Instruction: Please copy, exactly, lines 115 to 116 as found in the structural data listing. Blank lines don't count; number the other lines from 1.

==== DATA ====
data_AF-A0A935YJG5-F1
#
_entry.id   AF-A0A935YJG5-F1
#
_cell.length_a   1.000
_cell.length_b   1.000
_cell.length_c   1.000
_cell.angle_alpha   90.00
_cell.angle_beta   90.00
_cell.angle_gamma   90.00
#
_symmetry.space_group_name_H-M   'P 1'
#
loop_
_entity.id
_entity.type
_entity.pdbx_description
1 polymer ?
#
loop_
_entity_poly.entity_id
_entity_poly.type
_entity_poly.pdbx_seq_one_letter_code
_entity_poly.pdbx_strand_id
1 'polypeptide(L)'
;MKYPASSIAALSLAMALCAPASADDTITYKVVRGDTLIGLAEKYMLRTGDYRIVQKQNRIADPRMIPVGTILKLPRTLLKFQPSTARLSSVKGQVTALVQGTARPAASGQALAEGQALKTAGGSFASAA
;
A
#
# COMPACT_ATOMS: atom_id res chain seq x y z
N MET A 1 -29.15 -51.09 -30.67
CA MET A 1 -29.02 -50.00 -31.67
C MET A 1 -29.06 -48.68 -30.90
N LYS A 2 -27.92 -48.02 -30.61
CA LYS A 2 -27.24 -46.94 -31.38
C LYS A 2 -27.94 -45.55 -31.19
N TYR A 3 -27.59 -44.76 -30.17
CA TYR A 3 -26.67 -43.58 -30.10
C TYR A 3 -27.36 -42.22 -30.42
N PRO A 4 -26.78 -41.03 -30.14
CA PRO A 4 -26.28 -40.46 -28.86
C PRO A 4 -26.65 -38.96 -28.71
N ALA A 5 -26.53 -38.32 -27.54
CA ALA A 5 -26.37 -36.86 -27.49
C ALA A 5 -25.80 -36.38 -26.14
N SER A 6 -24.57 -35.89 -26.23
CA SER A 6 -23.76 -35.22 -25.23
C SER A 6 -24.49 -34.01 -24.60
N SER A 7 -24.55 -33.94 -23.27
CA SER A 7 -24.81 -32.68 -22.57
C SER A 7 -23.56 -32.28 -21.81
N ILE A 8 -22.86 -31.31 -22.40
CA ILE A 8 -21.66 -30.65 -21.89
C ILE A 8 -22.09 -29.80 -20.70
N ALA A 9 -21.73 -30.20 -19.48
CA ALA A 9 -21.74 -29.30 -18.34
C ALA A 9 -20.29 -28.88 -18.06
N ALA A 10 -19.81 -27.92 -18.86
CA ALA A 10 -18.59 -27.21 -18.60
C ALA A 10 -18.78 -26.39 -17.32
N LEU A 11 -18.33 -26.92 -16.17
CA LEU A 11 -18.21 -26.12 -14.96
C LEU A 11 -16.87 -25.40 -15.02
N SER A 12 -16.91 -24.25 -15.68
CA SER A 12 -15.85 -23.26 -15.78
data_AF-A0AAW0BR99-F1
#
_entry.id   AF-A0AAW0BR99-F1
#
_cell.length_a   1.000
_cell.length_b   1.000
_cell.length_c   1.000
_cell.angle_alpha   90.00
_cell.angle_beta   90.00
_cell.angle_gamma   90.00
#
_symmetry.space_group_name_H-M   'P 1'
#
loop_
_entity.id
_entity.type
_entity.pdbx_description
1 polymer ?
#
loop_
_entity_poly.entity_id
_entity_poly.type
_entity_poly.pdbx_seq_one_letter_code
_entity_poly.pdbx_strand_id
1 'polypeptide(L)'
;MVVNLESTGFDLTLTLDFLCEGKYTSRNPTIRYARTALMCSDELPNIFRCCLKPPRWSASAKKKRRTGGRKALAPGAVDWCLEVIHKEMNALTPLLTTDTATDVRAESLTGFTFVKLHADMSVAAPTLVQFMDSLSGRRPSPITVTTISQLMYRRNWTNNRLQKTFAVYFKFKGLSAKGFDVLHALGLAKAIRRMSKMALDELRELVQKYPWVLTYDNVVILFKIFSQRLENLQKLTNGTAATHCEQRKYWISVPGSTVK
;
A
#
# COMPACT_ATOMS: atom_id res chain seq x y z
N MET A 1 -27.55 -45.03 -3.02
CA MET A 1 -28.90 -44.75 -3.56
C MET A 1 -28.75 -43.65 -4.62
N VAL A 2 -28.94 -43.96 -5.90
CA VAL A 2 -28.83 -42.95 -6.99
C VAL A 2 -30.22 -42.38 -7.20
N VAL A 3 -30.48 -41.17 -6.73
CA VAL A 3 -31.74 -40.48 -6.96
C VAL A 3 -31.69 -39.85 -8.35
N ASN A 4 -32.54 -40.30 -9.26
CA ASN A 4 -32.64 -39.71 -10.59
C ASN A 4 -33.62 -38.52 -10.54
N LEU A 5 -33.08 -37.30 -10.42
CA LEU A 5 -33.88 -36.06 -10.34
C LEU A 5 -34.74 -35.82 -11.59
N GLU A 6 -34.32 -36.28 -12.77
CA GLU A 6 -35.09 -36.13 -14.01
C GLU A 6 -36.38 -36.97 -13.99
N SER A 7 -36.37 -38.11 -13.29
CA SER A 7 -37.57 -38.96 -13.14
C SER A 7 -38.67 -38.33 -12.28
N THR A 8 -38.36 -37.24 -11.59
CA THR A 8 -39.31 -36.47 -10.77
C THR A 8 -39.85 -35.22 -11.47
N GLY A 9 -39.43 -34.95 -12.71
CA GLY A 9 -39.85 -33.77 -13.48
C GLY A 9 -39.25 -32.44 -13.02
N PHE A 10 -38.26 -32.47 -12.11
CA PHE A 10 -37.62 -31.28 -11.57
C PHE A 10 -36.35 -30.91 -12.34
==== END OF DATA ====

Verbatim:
CA SER A 7 -37.57 -38.96 -13.14
C SER A 7 -38.67 -38.33 -12.28